Header Ads

Samurai Shin: An Independent Manga Review

Amir Atsuko and Keith Masaru are young warriors eager to prove that they are worthy of the title of Samurai. Although the two of them share such similar history and goals, they are more enemies than friends.

But when an unnecessary evil appears in the village, lead by a man with a bear mask, their home is burned to the ground. How will Amir lead his life now that his home is gone, and will Keith's ambition continue to lead him astray? What sort of journey will these two lead, and what will happen the next time they cross paths?

Samurai Shin is a Hip hop inspired manga comic and mixtape series, created by Mikel Miles (Writer/Executive Producer) and Ivan Aguilar (Illustrator). Artists for the first two chapters are Fhami Fauzi and Sukma Agustriyana, with Lavender Khan assisting as the manga's editor. More independent artists are expected to contribute to the next installment set to release in 2017. The aesthetic of the manga is heavily influenced by popular samurai focused anime, such as: Afro Samurai, Samurai Champloo, and Sword of the Stranger. The first Samurai Shin mixtape, or OST 1, is available on Soundcloud. Featuring the talents of: P.Soul, Kuro Silence, Chill $quad, Xia-Dawn, Core Demonstrations and Jaymin Warren.

Comics, or in this case manga, and animation are two mediums that seem to go hand in hand. Some comics are adapted into animation, or entire comic book series can be created to enrich well known animated properties. Samurai Shin is in the latter category, with its visual style and tone very reminiscent of the anime series listed above. However, it is clear from the very first page that this manga is a labor of love. Using visual cues and ideas in order to pay homage to the material that inspired them, not rip them off.

With only one and a half chapters out at the moment, however, the story is still building its world and characters. Right off the bat readers are introduced to the two main characters and their intense rivalry. Not long after their first encounter, the story splits in two. The first following Amir and his life in the village while chapter 1.5 follows Keith's character motivations. In these chapters we start to get an idea of the world around them, signified by the arrival of the manga's (so far) primary antagonists. Showing that while this a world of Samurai, it is also a world of handguns, modernly dressed assassins, and radio. It is because of this information that the exact location of the setting hard to grasp. I'm sure this will be expanded on in later chapters but it is worth noting that how the setting is established will play a key role in separating Samurai Shin from the crowd.

Another area of the manga that I found a bit rough around the edges was the dialogue writing. Most of it is pretty straight forward in setting up the characters personalities and motivations. However certain lines would come off as a bit stiff and take me out of the experience.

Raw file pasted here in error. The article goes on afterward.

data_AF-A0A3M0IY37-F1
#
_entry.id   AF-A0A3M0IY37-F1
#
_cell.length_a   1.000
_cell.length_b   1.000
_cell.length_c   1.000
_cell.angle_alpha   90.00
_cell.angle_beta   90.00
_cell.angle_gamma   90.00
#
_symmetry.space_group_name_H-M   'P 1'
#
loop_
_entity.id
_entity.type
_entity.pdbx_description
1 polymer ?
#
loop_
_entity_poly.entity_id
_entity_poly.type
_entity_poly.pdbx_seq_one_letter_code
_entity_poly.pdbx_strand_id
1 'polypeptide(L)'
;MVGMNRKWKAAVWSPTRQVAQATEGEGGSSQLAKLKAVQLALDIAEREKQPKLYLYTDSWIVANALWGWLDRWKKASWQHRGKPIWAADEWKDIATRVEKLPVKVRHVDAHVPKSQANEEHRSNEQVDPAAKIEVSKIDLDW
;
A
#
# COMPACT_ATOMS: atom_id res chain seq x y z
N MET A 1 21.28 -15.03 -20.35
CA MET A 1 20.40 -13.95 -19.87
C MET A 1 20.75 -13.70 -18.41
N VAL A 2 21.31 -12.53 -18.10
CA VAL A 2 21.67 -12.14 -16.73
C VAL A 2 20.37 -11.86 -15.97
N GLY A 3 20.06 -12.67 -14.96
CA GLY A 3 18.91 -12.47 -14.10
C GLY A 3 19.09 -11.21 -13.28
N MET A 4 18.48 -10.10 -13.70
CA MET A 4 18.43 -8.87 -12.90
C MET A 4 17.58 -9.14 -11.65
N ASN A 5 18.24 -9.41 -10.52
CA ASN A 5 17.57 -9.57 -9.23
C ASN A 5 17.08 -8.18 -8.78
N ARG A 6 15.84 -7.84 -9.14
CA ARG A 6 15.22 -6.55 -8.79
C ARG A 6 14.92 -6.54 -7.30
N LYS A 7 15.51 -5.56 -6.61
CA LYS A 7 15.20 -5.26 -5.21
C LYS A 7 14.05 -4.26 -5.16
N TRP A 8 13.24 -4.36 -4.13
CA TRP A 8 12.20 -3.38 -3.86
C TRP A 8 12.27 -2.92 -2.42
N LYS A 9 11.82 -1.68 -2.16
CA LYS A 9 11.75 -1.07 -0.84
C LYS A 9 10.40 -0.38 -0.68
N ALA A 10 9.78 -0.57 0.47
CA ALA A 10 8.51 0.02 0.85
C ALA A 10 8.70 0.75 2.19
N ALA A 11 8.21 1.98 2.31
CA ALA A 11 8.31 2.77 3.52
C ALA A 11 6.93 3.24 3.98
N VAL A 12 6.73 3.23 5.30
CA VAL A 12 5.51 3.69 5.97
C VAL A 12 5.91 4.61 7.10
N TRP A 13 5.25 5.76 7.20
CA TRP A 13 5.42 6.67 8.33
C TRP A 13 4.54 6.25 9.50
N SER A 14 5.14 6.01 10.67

While Samurai Shin may stumble in a few places on its first two chapters, the story, characters, and more importantly the presentation has loads of potential. Starting off the story with setting up the two primary protagonists rivalry was a great way to kick off the narrative. We still don't know too much about them, other than their rivalry as hopeful samurai, and their family history but this can be expanded upon as the story goes forward. There is even a hint at the end of the 1.5 chapter that the next story will introduce a third character. A young African Japanese woman in a bold fighting stance, said to be taking on her fathers legacy. If this character is meant to be the Fuu to Amir and Keith's Jin and Mugen alignments, consider me fully on board.

But even without the promise of three main characters working off each other, there is still plenty of cool elements to Samurai Shin that makes it worth recommending. The manga art being the most stand out element. It is always interesting to see how different artists approach depicting a story. With styles that seem to suit each character. For example, the first chapter is full of bold lines and full of realistic character details. While the second goes into more of a traditional manga style, softer character designs but filled with dynamic actions and great character expressions. If this is only a taste of what is to come, then it will be very exciting to see what new artists will bring to the table in future chapters.

Praise must also be given to the inclusion of the mix tape. Something I found enhanced the experience of reading the manga, fulling embracing its purpose as a tribute to famous samurai anime. The tracks are fun and full of the hip hop vibe, bringing back the emotions I would often feel when watching the latest episodes of Samurai Champloo. Credit goes to the independent musicians for creating a dynamic mix of vocal and instrumental tracks. Blending in just enough to enrich the visual narrative and not distract from it.

In conclusion, is Samurai Shin rough around the edges? Yes.

Is it worth reading? Absolutely.

When an artist is truly passionate about a project, that passion almost always comes through in the final product. Even if Samurai Shin still has some growing to do in order to fully cement itself in the minds of readers, it is well on its way to getting there. Mike and Ivan's partnership for this manga is bound to lead to great things and I look forward seeing how their samurai journey will unfold from here on out.

FORMATSDigital Comic
FROM Peepgamecomix/Comixcentral
RATINGParental Advisory (Explicit content)
1-1.5 Chapters

For more info, check out Samurai Shin's main Website, or find them on Facebook, Twitter, or Instagram.